Our dog Zippy loves to play flyball and do agility. He is an excellent swimmer, and could probably do other dog sports if we had time. When doing multiple dog sports, it’s usually the handler’s availability which limits the number of sports the dog can do. Zippy lives for flyball and enjoys giving the opposing start dog a “run for his money”. In agility he anticipates the course and runs at full speed. You can see his enjoyment in the following Petco Commercial, as he leaps over the hurdles and whips through the weave poles. In agility he combines the speed and jumping ability he has learned in flyball with his natural ability to make sharp turns and quick decisions. Zippy loves the challenge and speed of both flyball and agility.


Whatever sport or sports you choose, get out there with your dog and enjoy your time together. High energy dogs will find their own fun and it might be your sofa, cabinet door, or favorite recliner. Dog sports are some of the most rewarding fun you can have with your pooch so get started today!

This month’s article is by Maja Wichtowski of Tsavo’s Canine Rehabilitation & Fitness Center, Inc.  A graduate of Cornell University, Maja has 18 years of extensive experience in Western Veterinary Medicine. Her diverse background includes oncology, orthopedics, internal medicine, dentistry, emergency/critical care, general practice and canine rehabilitation.

We inquired about the most common canine injury, the CCL-Cranial Cruciate Ligament. Regardless if your dog is a sport athlete in Flyball, agility, herding, frisbee, playing at the dog park or a weekend exercise hound it is important to seek medical care with any injury. Maja provides an overview of treatment options for the dog owner when injury unexpectedly occurs.

Maja may be contacted at: Tsavo’s Canine Rehabilitation & Fitness Center, Inc.
Phone 619 846 9531

CCL- Cranial Cruciate Ligament Injury

by Maja Wichtowski

So your dog tore their CCL, now what?

For most, our 4-legged kid’s favorite game is playing ball. All is good until suddenly you hear a scream and your dog returns 3-legged.  Is surgery always necessary? What if my dog cannot undergo anesthesia? Is rehabilitation always necessary? We hope to clarify your options.


Typical x-ray of a cruciate tear

Go to Your Vet

If you dog does suddenly become lame, it is imperative that you get them to your veterinarian immediately. Your vet can determine the cause for the lameness. If it is a CCL(cranial cruciate ligament) injury, and it is left untreated, joint degeneration progresses quickly and full recovery becomes less likely. The longer your dog overcompensates with the opposite leg, the more likely that the CCL in that leg will also rupture. Then you have a dog that can’t walk at all!


Basic structures of the knee

Treatment Options


If your dog has completely ruptured their CCL, surgery is probably your best bet for a quick recovery and long-term stability. The orthopedic surgeon will determine which surgery is ideal based on your dog’s age, breed, weight, and activity level. The two most popular surgeries are the TPLO (Tibial Plateau Leveling Osteotomy) and the TTA (Tibial Tuberosity Advancement). They both stabilize the joint by changing the joint’s anatomy, and involve the use of titanium implants. There is also Extracapsular Stabilization, which is the least invasive, but usually only used in dogs under 50lbs.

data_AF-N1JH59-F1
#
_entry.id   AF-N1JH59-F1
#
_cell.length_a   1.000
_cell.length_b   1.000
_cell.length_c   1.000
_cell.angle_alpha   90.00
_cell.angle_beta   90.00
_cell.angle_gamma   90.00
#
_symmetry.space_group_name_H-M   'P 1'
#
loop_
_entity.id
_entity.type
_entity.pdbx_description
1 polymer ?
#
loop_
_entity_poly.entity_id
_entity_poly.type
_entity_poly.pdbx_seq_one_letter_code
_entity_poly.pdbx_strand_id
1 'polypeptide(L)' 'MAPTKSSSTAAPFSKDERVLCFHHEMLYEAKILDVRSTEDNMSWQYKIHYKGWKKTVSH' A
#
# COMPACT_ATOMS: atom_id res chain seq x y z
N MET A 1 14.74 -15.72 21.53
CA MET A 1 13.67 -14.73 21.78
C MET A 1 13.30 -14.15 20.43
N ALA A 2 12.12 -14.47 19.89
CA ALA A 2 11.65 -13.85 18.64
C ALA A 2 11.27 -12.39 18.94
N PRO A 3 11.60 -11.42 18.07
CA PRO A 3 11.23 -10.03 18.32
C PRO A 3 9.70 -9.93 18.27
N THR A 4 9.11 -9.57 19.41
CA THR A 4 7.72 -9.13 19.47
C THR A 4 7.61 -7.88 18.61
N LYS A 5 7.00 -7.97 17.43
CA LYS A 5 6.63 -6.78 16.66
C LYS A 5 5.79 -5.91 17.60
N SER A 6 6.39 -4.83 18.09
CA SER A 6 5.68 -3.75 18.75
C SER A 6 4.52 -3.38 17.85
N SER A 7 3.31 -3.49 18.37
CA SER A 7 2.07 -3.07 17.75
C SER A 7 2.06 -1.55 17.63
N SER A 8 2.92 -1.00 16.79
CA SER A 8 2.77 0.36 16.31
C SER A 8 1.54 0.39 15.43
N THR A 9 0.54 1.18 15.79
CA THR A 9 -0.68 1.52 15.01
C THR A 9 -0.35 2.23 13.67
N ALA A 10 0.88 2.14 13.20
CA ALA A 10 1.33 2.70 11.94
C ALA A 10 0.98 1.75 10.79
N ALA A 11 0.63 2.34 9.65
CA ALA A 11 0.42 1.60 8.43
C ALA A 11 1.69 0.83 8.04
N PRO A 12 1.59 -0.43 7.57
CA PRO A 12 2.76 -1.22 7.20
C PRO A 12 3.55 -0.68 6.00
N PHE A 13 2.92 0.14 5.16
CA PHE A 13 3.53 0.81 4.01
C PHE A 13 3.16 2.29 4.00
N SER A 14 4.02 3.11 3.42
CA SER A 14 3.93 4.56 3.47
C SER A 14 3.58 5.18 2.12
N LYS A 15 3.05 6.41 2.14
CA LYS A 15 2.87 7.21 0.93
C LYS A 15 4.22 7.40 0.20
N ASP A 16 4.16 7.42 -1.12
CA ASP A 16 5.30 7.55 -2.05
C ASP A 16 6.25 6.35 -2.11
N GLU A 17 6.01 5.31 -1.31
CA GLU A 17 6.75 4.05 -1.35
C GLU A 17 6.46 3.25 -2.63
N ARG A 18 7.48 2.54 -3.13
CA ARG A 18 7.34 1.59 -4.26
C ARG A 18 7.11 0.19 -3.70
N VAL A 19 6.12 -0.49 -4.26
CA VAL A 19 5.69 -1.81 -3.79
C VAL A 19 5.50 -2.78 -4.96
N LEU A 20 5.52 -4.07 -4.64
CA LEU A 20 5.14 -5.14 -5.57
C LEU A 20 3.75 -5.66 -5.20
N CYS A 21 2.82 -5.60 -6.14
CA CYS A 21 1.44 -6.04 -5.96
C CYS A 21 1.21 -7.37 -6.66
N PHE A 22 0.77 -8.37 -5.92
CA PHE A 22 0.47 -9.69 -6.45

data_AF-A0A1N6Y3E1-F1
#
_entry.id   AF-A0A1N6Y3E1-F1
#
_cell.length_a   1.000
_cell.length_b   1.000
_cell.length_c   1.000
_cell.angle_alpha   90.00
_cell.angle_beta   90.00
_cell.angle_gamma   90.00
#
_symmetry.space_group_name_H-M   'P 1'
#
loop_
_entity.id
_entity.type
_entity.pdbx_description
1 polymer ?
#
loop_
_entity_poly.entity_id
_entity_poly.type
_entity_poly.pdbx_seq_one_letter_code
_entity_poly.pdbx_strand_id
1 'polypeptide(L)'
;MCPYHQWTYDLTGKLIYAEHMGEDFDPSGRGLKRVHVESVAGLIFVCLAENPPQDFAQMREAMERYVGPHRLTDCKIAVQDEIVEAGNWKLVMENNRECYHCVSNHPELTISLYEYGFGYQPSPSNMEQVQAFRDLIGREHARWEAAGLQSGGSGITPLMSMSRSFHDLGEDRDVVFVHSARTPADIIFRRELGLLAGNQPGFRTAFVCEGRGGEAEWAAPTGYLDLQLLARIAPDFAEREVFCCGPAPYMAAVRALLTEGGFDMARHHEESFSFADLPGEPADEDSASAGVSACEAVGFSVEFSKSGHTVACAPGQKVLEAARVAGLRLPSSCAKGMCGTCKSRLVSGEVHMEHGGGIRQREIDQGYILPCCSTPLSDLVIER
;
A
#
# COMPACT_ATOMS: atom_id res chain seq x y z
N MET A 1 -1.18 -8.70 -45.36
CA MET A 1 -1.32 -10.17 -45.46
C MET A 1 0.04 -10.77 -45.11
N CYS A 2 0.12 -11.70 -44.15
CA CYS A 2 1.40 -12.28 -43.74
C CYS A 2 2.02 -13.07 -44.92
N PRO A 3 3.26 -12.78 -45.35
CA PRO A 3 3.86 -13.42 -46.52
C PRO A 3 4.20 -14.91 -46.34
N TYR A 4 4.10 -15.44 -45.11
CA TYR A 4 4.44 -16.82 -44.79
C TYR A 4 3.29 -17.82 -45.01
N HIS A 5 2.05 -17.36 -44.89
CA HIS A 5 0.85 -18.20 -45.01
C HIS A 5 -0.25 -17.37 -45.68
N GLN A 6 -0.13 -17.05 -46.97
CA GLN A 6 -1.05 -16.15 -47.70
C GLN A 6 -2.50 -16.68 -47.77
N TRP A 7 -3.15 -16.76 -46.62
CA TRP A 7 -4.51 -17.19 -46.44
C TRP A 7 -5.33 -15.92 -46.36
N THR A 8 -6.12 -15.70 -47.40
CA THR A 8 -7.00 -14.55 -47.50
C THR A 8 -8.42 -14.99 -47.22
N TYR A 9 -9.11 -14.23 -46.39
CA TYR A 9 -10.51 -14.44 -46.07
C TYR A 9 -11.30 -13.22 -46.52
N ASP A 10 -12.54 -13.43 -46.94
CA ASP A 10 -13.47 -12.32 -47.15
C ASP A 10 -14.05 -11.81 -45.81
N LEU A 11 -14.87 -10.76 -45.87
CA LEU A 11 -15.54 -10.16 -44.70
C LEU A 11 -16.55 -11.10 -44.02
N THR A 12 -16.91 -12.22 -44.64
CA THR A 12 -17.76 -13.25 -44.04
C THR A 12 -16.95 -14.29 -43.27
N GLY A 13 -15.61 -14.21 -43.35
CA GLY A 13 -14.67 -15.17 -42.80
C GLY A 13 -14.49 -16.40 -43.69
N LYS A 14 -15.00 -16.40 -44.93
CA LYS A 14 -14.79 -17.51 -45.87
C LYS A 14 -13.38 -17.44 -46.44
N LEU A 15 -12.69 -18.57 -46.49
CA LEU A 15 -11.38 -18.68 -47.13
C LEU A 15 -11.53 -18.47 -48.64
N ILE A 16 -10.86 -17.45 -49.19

Immediately following surgery, a combination of NSAIDS (non-steroidal anti-inflammatory), joint supplements, and physical rehabilitation are essential to ensure your pet recovers quickly.   Full recovery commonly takes 6-20 weeks, and is dependent on the type of surgery performed, the age and weight of your dog, and how vigilant you are with post-op care.

Non-Surgical Alternatives

If your dog is lucky to have only suffered a partial CCL rupture, or if they are compromised in some way (health or age) that prohibits anesthesia, here are a few options that are available. A custom knee brace is an essential component to recovery if your dog is not undergoing surgery. It will provide stability and allow them to utilize the limb without further damaging the joint. Once you have a brace, stem-cell regenerative therapy or prolotherapy, and physical rehabilitation are the way to go.

Stem Cell Regenerative Therapy requires a minor surgery to harvest the stem cells from your dog’s fat, as well as a repeat anesthesia to inject the harvested and processed cells into the knee the following visit. This therapy uses the same mechanism the body uses to repair itself; with the cells transforming into any kind of cell that is needed.  Restricted activity, physical rehabilitation, and brace support, are key post-injection for the best results.

Prolotherapy also uses your dog’s healing mechanism to treat the injury.  In this procedure, a solution is injected into the knee directly, causing an inflammatory response which in turn starts the healing process.  Your dog will need to be sedated for this procedure, which is usually repeated monthly for 4-6 injections.  Post-injection protocol is the same as with stem cell therapy.

The Bottom Line

I hope that we were able to give you a good core understanding of your choices of treatment should your dog ever suffer from this kind of injury.  Regardless which route of treatment you and your veterinarian decide on, the benefits of post-op physical rehabilitation shouldn’t be understated.  The sooner you start, the sooner your dog can be back on their feet enjoying life pain free.  Please feel free to contact us directly if you have any further questions.

Maja Wichtowski, RVT, CCRT

Tsavo’s Canine Rehabilitation & Fitness Center, Inc.